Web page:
Navigating Knowledge Flows

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rotana ty slow movement engagement technology sensemaking observing navigating

Navigating Knowledge Flows Fast & Slow. There is value in going deeper into an uncertain and fragmented world. We think critically, respond, contribute to online conversations while adding value regarding the context. We connect, contribute and unplug when needed. 

travelling rotana ty learning travelling venice

I shot this photo while strolling in Venice, Italy.

Do you use a pen and a Moleskine to write down and draw your thoughts on the go? Do you unplug to connect ideas and take notes? Do you get perspective while stepping away often from social media?

“Stepping away sometimes actually gives me more perspective on what value social media brings to me.” — @KoreenPagano

 

“and in our lives and in our actions we can choose those solutions and those innovations and those moments that restore the flow of time instead of fragmenting it. We can slow down and we can tune into the ebb and flow of time. We can choose to take time back.” — Abha Dawesar in her talk

Explorers and knowledge flow navigators know that it is more than ever about attitudes and values in a hyperconnected society than just technology to learn cooperatively and collaborate.

“What’s key to understand is how people are using technology and how their behaviors, values, and expectations have evolved. Once you do, you’ll see that technology becomes an enabler for something more natural, creating a culture of learning and collaboration that’s more intuitive, organic, and successful.” — Brian Solis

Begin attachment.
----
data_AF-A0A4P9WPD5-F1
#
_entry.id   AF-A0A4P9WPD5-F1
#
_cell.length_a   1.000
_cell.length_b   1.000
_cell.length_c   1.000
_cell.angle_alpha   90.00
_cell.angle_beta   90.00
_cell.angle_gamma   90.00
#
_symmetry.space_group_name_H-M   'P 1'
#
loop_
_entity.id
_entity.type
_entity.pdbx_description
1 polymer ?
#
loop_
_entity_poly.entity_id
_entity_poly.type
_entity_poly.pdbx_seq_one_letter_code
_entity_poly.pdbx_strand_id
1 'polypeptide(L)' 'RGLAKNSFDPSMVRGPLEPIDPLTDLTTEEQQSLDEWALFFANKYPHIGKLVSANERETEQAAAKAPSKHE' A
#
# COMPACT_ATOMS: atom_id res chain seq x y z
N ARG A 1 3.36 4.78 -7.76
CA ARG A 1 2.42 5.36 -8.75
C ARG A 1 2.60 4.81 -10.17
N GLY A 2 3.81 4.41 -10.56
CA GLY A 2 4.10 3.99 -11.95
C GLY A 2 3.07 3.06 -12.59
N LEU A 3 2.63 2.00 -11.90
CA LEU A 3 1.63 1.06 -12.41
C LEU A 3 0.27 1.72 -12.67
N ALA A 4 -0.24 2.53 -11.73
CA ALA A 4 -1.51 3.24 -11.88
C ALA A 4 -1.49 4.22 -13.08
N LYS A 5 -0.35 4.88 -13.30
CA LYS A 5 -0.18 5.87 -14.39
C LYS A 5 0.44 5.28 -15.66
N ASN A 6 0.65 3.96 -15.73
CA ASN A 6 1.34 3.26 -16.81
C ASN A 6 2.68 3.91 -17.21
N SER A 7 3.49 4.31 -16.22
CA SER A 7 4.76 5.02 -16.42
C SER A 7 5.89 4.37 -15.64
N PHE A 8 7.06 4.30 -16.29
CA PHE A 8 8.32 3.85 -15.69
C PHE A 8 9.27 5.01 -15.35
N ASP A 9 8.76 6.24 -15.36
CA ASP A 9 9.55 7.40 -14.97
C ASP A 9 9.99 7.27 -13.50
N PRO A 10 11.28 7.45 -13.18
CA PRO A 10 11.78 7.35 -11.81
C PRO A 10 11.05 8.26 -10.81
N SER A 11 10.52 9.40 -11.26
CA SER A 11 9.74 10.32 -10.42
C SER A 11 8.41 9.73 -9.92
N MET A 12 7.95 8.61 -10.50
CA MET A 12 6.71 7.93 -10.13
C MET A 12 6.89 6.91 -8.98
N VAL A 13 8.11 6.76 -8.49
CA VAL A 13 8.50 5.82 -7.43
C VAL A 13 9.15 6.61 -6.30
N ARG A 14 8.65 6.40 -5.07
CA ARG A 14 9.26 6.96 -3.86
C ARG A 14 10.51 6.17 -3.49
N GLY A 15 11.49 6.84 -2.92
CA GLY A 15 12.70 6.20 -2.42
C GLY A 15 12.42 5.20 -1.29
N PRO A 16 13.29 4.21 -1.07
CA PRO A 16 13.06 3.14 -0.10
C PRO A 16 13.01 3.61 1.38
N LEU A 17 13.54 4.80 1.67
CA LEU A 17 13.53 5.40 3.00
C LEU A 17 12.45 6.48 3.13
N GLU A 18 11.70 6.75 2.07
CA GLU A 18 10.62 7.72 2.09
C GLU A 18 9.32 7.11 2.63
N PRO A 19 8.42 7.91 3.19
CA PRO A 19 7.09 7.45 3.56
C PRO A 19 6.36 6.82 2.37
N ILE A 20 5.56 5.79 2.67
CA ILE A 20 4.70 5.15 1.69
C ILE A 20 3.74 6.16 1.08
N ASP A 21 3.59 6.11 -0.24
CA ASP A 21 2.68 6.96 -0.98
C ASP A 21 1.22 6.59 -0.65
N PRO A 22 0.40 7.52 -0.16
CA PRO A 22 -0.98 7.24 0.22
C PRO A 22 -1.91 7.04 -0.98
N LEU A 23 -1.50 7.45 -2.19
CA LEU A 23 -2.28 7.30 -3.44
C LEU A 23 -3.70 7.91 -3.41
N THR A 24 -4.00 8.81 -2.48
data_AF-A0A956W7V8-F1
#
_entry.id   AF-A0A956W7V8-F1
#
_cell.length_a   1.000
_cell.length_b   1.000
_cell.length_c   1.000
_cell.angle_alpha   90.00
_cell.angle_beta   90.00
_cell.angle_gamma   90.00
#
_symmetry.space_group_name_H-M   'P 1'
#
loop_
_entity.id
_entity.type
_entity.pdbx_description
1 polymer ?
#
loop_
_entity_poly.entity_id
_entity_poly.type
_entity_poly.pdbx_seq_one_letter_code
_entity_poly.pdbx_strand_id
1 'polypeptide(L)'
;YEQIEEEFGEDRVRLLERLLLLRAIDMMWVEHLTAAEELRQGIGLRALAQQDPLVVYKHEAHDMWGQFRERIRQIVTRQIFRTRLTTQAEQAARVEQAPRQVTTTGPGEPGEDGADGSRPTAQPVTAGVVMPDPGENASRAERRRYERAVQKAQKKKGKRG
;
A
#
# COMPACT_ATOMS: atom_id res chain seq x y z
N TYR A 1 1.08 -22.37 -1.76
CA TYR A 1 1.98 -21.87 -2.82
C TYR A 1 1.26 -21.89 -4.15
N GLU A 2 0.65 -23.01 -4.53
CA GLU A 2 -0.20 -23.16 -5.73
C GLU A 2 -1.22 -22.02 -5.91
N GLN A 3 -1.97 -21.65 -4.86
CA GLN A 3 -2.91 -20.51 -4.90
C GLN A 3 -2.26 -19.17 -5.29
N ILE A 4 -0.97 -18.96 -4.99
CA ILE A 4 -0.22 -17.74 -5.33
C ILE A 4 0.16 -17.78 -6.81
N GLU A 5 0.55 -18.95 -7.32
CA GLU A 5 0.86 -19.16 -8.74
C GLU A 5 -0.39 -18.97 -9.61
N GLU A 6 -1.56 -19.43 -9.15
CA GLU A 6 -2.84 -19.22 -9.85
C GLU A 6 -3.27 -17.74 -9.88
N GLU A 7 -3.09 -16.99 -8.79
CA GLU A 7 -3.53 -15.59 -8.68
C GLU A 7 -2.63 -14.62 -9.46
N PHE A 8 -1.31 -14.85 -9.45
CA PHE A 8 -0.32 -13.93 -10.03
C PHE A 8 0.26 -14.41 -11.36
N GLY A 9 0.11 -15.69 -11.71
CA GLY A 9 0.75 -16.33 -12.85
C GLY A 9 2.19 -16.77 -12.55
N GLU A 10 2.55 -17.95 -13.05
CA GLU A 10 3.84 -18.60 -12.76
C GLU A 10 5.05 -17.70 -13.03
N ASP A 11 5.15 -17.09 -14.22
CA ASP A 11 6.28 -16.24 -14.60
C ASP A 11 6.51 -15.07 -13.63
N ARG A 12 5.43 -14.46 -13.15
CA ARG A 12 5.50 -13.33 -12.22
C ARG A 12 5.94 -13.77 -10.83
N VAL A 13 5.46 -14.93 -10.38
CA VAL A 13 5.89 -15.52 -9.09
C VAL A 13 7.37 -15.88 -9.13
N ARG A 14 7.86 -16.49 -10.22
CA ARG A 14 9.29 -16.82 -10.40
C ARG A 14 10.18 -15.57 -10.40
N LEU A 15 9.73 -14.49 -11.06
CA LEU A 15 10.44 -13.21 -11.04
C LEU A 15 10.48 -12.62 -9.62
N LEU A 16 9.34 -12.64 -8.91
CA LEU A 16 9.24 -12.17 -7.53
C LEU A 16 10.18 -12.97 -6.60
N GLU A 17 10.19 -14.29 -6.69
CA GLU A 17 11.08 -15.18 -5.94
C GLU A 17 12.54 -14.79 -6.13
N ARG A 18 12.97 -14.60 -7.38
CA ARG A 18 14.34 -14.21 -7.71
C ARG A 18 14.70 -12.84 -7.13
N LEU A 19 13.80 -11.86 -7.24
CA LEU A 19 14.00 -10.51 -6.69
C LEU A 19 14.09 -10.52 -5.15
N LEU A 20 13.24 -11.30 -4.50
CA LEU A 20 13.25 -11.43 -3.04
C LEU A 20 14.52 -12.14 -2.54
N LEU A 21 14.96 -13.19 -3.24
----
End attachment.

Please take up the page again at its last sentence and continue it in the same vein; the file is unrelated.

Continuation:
We can go with the knowledge flows while reading slowly and quickly and fast writing or typing on the go, on any device. When time allows, responding to a message on email or social media in a meaningful way is how we add value to the conversation.

Going slow to go fast means: to pause, think critically, reply fast or slow when it is appropriate, to take time to reflect and listen. To experience and see the value of connecting insights and people, we need to learn on our own, in networks and communities.

“A capacity, and taste, for reading, give access to whatever has already been discovered by others.” – Abraham Lincoln

To paraphrase:

A capacity, and taste, for navigating the knowledge flows give access to whatever has already been discovered, discussed and shared by others.

We can embrace and enjoy slow social practices as we enjoy tea times. Do you sip quickly or slowly a cup of your favourite tea? Take your time and enjoy.

“There is something in the nature of tea that leads us into a world of quiet contemplation of life.” — Lin Yutang.

To paraphrase:

There is something like slow social and fast social that leads us into a world of quiet contemplation and meaningful contributions in online conversations, a body of knowledge and pattern recognition.

Tapestry goes through my flâneur’s journey over 63 pages of my personal learnings, stories and reflections in an e-book format. Through thoughts, experience, practices, inspirations, nudges, and questions, I share my story to work and learn continuously in a networked world.

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